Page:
Ethical issues extend to people as well as the environment. Thirteen years after apartheid was lifted, South Africa’s wine industry is still far from racially integrated. But does the wine industry have a duty to involve the black population, and can such efforts ever succeed beyond achieving political correctness, asks MAGGIE ROSEN
Mzokhona Mvemve does not consider himself a black winemaker. While studying chemical engineering in Durban in the mid-1990s, he was spotted by long-established wine pioneer Jabulani Ntshangase (owner of Thabani wines), who encouraged him to try oenology. ‘Thirteen years ago, you and I wouldn’t have been able to sit here like this,’ he says over dinner at 96 Winery Road in Somerset West, east of Cape Town, a casual restaurant owned by renowned producer Ken Forrester. ‘I wouldn’t even have been your waiter. I might have cleaned the tables.’
Fast forward a decade or so, and Mvemve is a top graduate of Stellenbosch University’s oenology programme. A former winemaker for Cape Classics, in 2005 he launched his own Sagila range – a Sauvignon Blanc and Chenin Blanc (£7.99; Ethical Wines). In 2005, he released the first vintage of MR (as in Mvemve Raats) de Compostella – a critically lauded Bordeaux blend costing £40 in the UK. Made in boutique quantities, it’s a 50/50 joint venture with winemaker Bruwer Raats, a friend and former colleague from a stint at Delaire Winery. Not bad for a Zulu who grew up in a township.
While Mvemve markets neither himself nor his wines as Black Empowerment projects, the fact that some people want to talk to him simply because he’s one of very few non-white winemakers to have achieved such a high level of professional responsibility is not lost on him.
‘I realise that being black in a predominantly white industry makes me unusual,’ he says. ‘But I have a voice, and I often have an opinion. There are only a few black oenology graduates, and if the industry is serious about transformation, then there has to be a much bigger effort to give black winemakers the same training and qualifications as our white counterparts, or we will never be taken seriously or get the top jobs.’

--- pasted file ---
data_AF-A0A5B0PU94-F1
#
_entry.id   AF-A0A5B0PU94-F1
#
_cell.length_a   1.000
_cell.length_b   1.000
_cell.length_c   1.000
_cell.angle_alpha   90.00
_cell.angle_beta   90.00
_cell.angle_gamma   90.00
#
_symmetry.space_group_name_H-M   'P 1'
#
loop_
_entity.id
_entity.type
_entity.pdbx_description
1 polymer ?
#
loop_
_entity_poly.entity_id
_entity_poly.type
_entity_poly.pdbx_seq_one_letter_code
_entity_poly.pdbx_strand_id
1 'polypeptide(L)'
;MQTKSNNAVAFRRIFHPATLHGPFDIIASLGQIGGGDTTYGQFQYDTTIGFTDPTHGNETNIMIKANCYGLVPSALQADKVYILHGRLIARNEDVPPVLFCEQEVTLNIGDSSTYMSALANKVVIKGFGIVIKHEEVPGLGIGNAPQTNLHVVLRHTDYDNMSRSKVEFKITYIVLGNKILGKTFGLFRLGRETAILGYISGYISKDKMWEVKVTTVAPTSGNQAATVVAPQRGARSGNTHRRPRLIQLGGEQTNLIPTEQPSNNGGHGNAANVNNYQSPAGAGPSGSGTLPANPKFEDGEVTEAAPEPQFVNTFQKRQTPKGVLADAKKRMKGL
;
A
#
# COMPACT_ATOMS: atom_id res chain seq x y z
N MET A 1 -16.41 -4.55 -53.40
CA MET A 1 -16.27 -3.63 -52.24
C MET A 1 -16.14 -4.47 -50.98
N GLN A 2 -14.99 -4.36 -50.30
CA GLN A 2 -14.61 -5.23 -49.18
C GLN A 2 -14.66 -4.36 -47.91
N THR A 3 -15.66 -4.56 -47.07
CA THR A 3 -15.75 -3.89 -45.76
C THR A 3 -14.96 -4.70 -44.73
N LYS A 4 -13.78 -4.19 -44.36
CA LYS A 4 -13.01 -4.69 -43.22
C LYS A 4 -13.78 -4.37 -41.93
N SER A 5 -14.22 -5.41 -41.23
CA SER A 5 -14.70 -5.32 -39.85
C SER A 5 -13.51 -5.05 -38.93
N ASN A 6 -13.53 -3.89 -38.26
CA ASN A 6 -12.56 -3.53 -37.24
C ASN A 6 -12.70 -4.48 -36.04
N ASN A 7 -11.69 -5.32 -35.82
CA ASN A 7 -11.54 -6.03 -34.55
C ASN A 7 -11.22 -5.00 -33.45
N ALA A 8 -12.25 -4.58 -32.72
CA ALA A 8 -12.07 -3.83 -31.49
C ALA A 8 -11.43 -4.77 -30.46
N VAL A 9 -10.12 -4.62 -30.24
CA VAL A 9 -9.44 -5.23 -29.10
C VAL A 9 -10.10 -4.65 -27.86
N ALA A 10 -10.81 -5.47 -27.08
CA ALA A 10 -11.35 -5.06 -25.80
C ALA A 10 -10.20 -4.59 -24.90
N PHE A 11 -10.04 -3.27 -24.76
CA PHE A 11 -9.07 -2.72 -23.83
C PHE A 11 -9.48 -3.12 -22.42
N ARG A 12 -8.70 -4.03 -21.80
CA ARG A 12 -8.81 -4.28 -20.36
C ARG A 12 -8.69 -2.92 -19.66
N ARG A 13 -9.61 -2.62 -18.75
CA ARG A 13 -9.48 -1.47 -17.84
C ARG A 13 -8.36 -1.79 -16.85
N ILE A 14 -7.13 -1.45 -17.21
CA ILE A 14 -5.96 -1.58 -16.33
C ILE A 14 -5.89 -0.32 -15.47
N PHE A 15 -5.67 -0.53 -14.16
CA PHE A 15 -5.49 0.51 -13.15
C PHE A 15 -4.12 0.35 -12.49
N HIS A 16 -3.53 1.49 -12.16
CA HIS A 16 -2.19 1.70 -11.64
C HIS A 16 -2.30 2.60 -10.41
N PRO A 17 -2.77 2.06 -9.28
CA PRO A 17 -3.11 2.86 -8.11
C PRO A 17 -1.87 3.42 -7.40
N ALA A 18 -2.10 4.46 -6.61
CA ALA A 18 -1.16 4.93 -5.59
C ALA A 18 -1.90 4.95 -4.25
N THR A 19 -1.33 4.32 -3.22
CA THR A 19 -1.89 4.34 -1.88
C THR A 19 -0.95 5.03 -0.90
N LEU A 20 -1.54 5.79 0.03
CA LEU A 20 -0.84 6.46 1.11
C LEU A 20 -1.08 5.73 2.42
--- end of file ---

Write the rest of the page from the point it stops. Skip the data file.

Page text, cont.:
Mvemve knows his trajectory owes as much to timing and good mentors as it does to drive and hard work. (On top of the rest, he’s studying for an MBA.) He was an early participant in the broad-based Black Economic Empowerment – BEE for short – a government-mandated socioeconomic strategy that runs across all walks of life, formalised in 2003 with a legal act, and followed up in early 2007 by a set of Codes of Good Practice. BEE uses a balanced score card approach to encourage businesses to meet specified targets – which vary based on the company’s size – for a significant increase in the number of black people who manage, control, own and participate in all sectors of the economy – and thus reduce income disparity. The goal is no less than transformation of the economy, so that by 2014 it better reflects the country’s diverse ethnic make-up: 80% black, 9% white, 8.5% coloured (mixed- race people descended from the country’s early settlers, their slaves, and the indigenous population) and 2.5% Asian.
State bodies and public companies are obliged to comply, and private companies must do so if they want to do business with government entities.